According to current and former senior administration officials, President Donald Trump is expressing renewed interest in Blackwater founder Erik Prince’s proposal to privatize the war in Afghanistan amid his frustrations with the current U.S. strategy.
Prince’s proposal was first introduced last year and would consist of replacing current troops with private military contractors who work for a special U.S. envoy for the war. These military contractors would directly report to Trump. This proposal has raised concerns from senior military officials, lawmakers and even Trump’s own national security team. Their concerns include the impact to security and the overall ethics of the plan.
In an interview with NBC, Prince commented on Trump’s frustrations. “I know he’s frustrated,” he said. “He gave the Pentagon what they wanted. ... And they haven’t delivered.” Prince recently released a video claiming that his plan would save the U.S. money. According to a senior administration official, this video caught the attention of Trump. Prince also announced his plans to launch an aggressive media “air campaign” over the next few days in an attempt to give Trump a final push toward his plan.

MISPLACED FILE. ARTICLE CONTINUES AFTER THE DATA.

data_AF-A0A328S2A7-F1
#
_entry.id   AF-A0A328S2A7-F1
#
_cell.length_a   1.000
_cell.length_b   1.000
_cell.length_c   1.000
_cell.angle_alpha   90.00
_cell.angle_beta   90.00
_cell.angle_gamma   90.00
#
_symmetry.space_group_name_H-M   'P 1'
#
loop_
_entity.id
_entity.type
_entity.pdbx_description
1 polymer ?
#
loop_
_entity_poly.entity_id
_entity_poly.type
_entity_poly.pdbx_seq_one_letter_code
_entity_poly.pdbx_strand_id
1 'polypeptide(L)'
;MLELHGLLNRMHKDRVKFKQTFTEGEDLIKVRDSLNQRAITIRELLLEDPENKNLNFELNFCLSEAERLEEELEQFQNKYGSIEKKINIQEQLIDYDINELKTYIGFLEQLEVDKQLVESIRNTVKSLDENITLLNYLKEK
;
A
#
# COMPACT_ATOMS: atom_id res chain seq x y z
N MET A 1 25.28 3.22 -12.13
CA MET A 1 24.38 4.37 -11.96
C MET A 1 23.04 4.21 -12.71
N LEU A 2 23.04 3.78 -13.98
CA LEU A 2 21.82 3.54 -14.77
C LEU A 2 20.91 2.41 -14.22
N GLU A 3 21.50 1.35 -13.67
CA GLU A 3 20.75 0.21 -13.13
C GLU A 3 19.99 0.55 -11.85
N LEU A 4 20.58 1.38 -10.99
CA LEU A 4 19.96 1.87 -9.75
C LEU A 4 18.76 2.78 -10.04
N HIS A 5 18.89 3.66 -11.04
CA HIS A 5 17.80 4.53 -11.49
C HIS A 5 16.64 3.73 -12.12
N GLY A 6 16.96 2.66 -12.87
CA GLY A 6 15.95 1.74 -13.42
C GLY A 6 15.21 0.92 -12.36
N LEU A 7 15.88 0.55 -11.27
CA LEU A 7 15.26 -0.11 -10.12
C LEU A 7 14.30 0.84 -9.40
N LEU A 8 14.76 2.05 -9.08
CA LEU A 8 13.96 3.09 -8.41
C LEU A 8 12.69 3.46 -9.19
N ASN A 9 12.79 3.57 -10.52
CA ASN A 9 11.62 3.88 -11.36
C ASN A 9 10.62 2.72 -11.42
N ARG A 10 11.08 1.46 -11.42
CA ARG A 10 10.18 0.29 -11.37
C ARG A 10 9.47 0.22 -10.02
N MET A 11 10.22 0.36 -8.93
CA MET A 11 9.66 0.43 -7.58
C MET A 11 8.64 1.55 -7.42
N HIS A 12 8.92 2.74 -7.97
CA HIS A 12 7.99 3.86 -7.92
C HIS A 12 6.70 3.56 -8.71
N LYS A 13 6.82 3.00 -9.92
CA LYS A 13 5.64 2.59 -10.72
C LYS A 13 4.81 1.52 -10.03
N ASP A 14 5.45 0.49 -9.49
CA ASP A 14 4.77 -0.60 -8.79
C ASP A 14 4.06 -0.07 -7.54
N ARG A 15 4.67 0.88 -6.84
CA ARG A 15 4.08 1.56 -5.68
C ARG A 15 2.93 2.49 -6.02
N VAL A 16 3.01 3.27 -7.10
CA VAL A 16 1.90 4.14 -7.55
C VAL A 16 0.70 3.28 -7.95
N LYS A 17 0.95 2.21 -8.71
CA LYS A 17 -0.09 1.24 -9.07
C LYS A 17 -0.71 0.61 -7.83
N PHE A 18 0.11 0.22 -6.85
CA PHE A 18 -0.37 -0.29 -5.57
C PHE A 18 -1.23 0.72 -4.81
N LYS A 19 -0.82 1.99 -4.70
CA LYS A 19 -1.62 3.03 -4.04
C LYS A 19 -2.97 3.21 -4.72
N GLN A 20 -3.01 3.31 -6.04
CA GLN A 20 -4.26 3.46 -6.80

However, a spokesperson for the National Security Council said:
No such proposal from Erik Prince is under consideration. The president, like most Americans, would like to see more progress in Afghanistan. However, he also recognizes that withdrawing precipitously from Afghanistan would lead to the re-emergence of terrorist safe havens, putting American national security and lives in danger.
Last year, Trump announced the current U.S. strategy in Afghanistan that increased U.S. troop presence. However, Jarrett Blanc, who is a former Obama-era special representative on Afghanistan and Pakistan at the State Department, said the new strategy is simply “a dressed-up version of the status quo.” The aforementioned NSC spokesperson said Trump is still committed to that current strategy.
The spokesperson also ensured that Trump receives regular briefings on Afghanistan and that those briefings cover “both positive improvements and problematic actions.” However, one senior official familiar with the briefs said, “The president hears about Afghan military and political progress, and the possibility of reconciliation during his briefings, but he rarely gets the full picture of security on the ground.”
A defense official warned, “The current effort will show results, but it could be another year or more before the new advising mission makes a real, widespread difference on the ground.” This slow payoff may increase Trump’s interest in Prince’s plan to privatize the war. The defense official also reported that Prince’s plan hasn’t made it to the Pentagon yet, but could if Trump pushes for it. Meanwhile, a senior State Department official reported that Defense Secretary James Mattis and Secretary of State Mike Pompeo both oppose the plan. He went on to claim there’s “not a chance” the plan will be put into action.